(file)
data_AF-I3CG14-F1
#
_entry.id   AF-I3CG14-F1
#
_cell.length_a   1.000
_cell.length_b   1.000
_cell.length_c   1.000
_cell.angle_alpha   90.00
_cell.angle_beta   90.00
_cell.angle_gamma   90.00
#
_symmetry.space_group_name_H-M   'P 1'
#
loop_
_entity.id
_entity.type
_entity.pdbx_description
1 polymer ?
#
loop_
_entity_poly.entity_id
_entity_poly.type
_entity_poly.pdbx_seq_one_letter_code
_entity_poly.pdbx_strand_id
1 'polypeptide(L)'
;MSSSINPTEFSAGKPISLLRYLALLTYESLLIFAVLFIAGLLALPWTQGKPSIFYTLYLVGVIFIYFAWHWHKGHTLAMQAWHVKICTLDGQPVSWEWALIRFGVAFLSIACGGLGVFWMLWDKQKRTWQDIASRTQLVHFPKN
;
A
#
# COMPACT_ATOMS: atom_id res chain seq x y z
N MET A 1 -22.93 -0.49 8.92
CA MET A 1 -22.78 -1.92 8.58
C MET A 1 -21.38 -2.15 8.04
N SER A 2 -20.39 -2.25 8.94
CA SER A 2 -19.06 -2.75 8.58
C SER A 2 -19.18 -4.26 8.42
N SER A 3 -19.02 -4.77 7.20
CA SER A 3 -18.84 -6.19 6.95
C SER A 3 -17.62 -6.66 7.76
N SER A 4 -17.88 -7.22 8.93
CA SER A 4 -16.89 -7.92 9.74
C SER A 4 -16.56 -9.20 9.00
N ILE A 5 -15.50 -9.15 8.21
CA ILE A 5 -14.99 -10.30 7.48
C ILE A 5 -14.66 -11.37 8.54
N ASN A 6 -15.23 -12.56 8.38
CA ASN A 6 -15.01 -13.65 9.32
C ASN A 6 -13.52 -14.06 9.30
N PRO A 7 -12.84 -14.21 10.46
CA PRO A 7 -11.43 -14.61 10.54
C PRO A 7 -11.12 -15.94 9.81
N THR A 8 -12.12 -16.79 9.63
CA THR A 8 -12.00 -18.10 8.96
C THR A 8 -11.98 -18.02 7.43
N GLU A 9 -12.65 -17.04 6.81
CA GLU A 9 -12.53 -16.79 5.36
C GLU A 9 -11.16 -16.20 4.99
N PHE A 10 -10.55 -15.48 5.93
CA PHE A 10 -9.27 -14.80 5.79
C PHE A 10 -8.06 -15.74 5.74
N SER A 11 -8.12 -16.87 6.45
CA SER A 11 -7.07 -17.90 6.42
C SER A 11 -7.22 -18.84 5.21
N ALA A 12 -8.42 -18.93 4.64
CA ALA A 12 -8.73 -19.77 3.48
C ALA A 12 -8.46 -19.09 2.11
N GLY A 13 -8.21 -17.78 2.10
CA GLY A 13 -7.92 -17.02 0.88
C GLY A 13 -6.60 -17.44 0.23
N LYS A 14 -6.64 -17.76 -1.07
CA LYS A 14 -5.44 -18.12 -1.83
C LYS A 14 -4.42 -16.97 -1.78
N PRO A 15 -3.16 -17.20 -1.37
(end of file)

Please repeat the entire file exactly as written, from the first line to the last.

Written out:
data_AF-I3CG14-F1
#
_entry.id   AF-I3CG14-F1
#
_cell.length_a   1.000
_cell.length_b   1.000
_cell.length_c   1.000
_cell.angle_alpha   90.00
_cell.angle_beta   90.00
_cell.angle_gamma   90.00
#
_symmetry.space_group_name_H-M   'P 1'
#
loop_
_entity.id
_entity.type
_entity.pdbx_description
1 polymer ?
#
loop_
_entity_poly.entity_id
_entity_poly.type
_entity_poly.pdbx_seq_one_letter_code
_entity_poly.pdbx_strand_id
1 'polypeptide(L)'
;MSSSINPTEFSAGKPISLLRYLALLTYESLLIFAVLFIAGLLALPWTQGKPSIFYTLYLVGVIFIYFAWHWHKGHTLAMQAWHVKICTLDGQPVSWEWALIRFGVAFLSIACGGLGVFWMLWDKQKRTWQDIASRTQLVHFPKN
;
A
#
# COMPACT_ATOMS: atom_id res chain seq x y z
N MET A 1 -22.93 -0.49 8.92
CA MET A 1 -22.78 -1.92 8.58
C MET A 1 -21.38 -2.15 8.04
N SER A 2 -20.39 -2.25 8.94
CA SER A 2 -19.06 -2.75 8.58
C SER A 2 -19.18 -4.26 8.42
N SER A 3 -19.02 -4.77 7.20
CA SER A 3 -18.84 -6.19 6.95
C SER A 3 -17.62 -6.66 7.76
N SER A 4 -17.88 -7.22 8.93
CA SER A 4 -16.89 -7.92 9.74
C SER A 4 -16.56 -9.20 9.00
N ILE A 5 -15.50 -9.15 8.21
CA ILE A 5 -14.99 -10.30 7.48
C ILE A 5 -14.66 -11.37 8.54
N ASN A 6 -15.23 -12.56 8.38
CA ASN A 6 -15.01 -13.65 9.32
C ASN A 6 -13.52 -14.06 9.30
N PRO A 7 -12.84 -14.21 10.46
CA PRO A 7 -11.43 -14.61 10.54
C PRO A 7 -11.12 -15.94 9.81
N THR A 8 -12.12 -16.79 9.63
CA THR A 8 -12.00 -18.10 8.96
C THR A 8 -11.98 -18.02 7.43
N GLU A 9 -12.65 -17.04 6.81
CA GLU A 9 -12.53 -16.79 5.36
C GLU A 9 -11.16 -16.20 4.99
N PHE A 10 -10.55 -15.48 5.93
CA PHE A 10 -9.27 -14.80 5.79
C PHE A 10 -8.06 -15.74 5.74
N SER A 11 -8.12 -16.87 6.45
CA SER A 11 -7.07 -17.90 6.42
C SER A 11 -7.22 -18.84 5.21
N ALA A 12 -8.42 -18.93 4.64
CA ALA A 12 -8.73 -19.77 3.48
C ALA A 12 -8.46 -19.09 2.11
N GLY A 13 -8.21 -17.78 2.10
CA GLY A 13 -7.92 -17.02 0.88
C GLY A 13 -6.60 -17.44 0.23
N LYS A 14 -6.64 -17.76 -1.07
CA LYS A 14 -5.44 -18.12 -1.83
C LYS A 14 -4.42 -16.97 -1.78
N PRO A 15 -3.16 -17.20 -1.37